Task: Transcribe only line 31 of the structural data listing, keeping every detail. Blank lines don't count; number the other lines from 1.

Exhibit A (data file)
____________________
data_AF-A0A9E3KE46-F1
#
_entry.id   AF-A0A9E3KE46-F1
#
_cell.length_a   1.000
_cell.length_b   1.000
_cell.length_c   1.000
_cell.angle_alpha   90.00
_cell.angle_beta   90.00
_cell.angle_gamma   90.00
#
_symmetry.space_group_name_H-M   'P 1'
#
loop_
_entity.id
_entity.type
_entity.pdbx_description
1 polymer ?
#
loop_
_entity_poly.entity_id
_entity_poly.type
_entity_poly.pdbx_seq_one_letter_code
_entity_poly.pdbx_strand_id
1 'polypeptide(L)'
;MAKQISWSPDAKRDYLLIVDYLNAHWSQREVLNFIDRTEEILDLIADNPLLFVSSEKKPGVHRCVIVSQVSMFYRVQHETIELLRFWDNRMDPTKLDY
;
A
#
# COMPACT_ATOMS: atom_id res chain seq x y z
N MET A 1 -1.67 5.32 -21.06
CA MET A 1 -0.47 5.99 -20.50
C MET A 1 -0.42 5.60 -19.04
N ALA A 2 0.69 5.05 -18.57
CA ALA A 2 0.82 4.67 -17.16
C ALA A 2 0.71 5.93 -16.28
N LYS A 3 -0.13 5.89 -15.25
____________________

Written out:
N MET A 1 -1.67 5.32 -21.06